CLJP Minutes December 12, 2017
Blue Ridge Room, Westminster Canterbury
15 Present: Taylor Beard, Carroll Houle, Hal Horan, Dave Warren, Pete Weatherly, Ed Murray, Diane Murray, Bob McAdams, Chip Sanders, Melisa Elliott, Bill Gray, Eugene Locke, John Peale, Chris Murray
Guests: Kim Crater, representing the incipient Charlottesville Chapter of the Virginia Interfaith Center for Public Policy, Kate Wallace, retired English professor, friend of Bill Gray.
Chip Sanders offered prayer and presided.
The Minutes of November 14 prepared by Horan, were approved.
Both Weatherly and Horan gave warm and appreciative remembrances of member Rod Sinclair who died on November 25 and whose memorial service was held at St. Paul’s Episcopal Church, Charlottesville. Special mention was made of Rod’s ministry with students, his care for the marginalized, his talent in photography, especially his photos of children, and the fact that he had read Tolstoy’s War and Peace twice.
A motion was made and carried that a check for $100.00 be sent to the Thomas Jefferson Area Food Bank to honor the memory of The Rev. Roderick Diog Sinclair.
Treasurer’s Report: Since the November 14 balance of 2,421.85, Beard reported an income of 115.00 consisting of dues paid by Houle and Hammond. There being no expenses, the balance for December 12 was 2, 536.85.
Putting on his hat as President of the Charlottesville Center for Peace and Justice, McAdams shared the following Statement on the Need for Weapons-free Safety Zones for Events Like 8/12/17 urging the General Assembly of the Commonwealth of Virginia to enact legislation to so empower municipalities to establish such zones, a copy of which is appended to these minutes.
The program consisted of four presentations giving an update on the Community Dialog on Economic Inequality that CLUJP started last year with great help from the Festival of the Book.
Bob McAdams reviewed the extended work on economic inequality, including the Community Dialogs, McAdams gave quite a thorough detail of our history dealing with E.I. What follows is his paper, with just a few “tweaks”:
In the fall of 2015, Chip Sanders, Ed Murray and John Peale, with some help from Diane Murray Hal Horan and me took us deep into the growing crisis of economic inequality. Books including The Price of Inequality, Capital in the 21st Century, What Money Can’t Buy: the Moral Limits of Markets, The Spirit Level: Why Greater Equality Makes Societies Stronger, Aftershock: The Next Economy and America’s Future, and others informed our understanding of the sources and effects of growing inequality and possible actions to take. By November we faced the difficult problem of the need to do something more than talk. Ed Murray asked what can we do to get our information, our story outside of these walls.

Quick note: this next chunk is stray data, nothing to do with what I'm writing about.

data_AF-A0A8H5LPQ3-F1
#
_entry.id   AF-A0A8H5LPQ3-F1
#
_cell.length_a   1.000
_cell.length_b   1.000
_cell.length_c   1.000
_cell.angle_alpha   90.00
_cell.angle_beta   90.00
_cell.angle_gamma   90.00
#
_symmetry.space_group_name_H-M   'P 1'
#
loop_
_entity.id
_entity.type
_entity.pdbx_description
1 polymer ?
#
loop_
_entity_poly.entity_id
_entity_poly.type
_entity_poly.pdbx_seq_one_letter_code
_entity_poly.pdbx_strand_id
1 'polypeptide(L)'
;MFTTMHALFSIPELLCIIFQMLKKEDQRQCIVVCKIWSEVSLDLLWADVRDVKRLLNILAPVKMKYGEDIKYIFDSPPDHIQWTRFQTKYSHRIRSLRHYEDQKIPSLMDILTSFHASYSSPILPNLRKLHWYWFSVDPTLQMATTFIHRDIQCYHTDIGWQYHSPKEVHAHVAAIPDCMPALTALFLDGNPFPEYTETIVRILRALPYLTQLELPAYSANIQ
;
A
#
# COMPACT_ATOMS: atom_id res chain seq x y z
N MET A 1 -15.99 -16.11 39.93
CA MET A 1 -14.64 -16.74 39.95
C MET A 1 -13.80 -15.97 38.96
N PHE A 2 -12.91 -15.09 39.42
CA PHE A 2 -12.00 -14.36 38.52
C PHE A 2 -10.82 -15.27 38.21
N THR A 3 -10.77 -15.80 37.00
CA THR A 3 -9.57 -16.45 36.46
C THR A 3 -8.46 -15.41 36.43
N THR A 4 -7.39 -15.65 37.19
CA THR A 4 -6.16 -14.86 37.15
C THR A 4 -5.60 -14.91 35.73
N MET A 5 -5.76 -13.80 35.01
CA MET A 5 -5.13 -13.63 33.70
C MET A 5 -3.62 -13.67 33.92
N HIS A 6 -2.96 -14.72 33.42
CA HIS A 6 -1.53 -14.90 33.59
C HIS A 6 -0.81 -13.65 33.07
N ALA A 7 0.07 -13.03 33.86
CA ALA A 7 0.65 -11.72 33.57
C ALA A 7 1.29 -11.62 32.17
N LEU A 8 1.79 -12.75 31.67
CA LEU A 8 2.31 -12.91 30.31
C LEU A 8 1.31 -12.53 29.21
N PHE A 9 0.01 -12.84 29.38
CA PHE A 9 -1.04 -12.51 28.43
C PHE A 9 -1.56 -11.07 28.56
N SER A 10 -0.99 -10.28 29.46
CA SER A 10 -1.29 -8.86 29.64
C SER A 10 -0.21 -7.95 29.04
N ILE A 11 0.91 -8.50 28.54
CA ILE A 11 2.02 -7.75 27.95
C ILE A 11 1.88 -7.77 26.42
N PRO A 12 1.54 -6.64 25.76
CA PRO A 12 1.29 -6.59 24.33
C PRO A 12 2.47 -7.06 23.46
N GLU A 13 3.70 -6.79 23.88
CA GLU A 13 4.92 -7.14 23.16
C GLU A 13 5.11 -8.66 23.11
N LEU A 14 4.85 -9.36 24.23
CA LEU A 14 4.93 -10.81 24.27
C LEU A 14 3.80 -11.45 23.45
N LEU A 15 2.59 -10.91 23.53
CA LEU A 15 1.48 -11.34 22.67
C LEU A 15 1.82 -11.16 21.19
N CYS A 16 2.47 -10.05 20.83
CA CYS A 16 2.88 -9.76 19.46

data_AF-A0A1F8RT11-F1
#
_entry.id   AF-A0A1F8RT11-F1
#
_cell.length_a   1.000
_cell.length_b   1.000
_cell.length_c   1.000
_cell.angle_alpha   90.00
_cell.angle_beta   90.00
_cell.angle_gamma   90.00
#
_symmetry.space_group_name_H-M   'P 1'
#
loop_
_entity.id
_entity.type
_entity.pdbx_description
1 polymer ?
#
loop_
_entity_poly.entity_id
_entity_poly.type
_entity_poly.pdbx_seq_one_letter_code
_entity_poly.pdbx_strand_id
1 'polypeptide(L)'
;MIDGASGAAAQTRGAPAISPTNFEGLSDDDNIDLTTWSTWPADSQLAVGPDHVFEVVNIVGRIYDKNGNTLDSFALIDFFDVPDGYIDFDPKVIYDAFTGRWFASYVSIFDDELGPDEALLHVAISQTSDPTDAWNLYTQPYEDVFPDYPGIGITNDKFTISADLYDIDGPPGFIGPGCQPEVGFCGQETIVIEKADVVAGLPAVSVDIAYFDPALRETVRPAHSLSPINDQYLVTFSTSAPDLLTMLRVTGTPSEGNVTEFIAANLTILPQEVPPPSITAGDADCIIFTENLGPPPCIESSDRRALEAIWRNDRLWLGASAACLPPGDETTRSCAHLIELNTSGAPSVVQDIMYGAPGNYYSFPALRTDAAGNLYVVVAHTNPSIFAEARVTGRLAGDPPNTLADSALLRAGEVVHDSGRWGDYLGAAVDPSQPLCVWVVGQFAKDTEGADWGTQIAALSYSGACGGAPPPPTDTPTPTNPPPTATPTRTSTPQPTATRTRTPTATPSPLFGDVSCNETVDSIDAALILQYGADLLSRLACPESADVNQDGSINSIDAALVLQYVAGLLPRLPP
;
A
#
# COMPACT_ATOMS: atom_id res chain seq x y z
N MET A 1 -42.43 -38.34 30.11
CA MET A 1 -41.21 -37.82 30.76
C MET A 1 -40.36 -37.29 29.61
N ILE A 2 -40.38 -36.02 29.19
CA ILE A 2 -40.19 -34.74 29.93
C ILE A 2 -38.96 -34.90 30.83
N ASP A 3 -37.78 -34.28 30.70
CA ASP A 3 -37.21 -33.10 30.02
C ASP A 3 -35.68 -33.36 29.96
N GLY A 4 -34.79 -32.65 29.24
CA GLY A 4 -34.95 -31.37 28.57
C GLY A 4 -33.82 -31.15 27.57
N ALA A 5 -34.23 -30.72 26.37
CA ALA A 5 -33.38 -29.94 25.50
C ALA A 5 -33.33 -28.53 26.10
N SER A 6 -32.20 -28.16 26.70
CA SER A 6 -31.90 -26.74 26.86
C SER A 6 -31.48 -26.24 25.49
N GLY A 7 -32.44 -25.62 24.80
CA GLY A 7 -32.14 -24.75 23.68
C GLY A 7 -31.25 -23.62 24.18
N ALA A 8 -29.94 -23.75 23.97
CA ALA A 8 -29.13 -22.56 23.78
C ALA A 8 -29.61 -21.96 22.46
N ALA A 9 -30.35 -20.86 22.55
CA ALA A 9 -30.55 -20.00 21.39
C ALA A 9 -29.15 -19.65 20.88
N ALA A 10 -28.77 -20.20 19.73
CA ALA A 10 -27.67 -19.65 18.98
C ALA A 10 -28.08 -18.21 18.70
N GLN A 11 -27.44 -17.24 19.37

In January we wondered what action we could take to accomplish some social change that went beyond talk. By March we had decided to contact the Virginia Festival of the Book about holding a major event along with a smaller panel discussion on the theme of economic inequality.
In April, Jane Kulow, Director of the VFB, enthusiastically embraced economic inequality as the theme for a major presentation at the 2017 Festival. From the beginning, the plans included both a major event and the smaller panel discussion. They also included a series of community conversations or dialogs to be held in the months following the Festival. By late summer, Jane had a commitment from Joseph Stiglitz to speak at the Martin Luther King Jr. Performing Arts Center on March 24th, 2017. This was a major accomplishment.
The Economic Inequality Committee worked to fulfill three responsibilities: publicize the Stiglitz event to make sure that the MLK auditorium would be filled; provide information on economic inequality to other groups in order to engage them in the program; plan the community conversations or dialog to follow after the festival. To start the committee used a list of organizations from the Charlottesville Center for Peace and Justice and a list of congregations in the area that CLUJP had used several years ago for a Living Wage Campaign. Members of the committee also developed a basic presentation that included information on economic inequality from several authors with a special emphasis on the information from The Spirit Level. By December Jane Kulow and her staff had commitments from three authors to participate in a 4:00 PM panel discussion on 3/24/17, with Frank Sesno moderating. The authors included Jennifer Silva, Thomas Shapiro, and Daniel Hatcher. The election of Donald Trump as president signaled a major setback on efforts to reduce economic inequality through changes in federal law.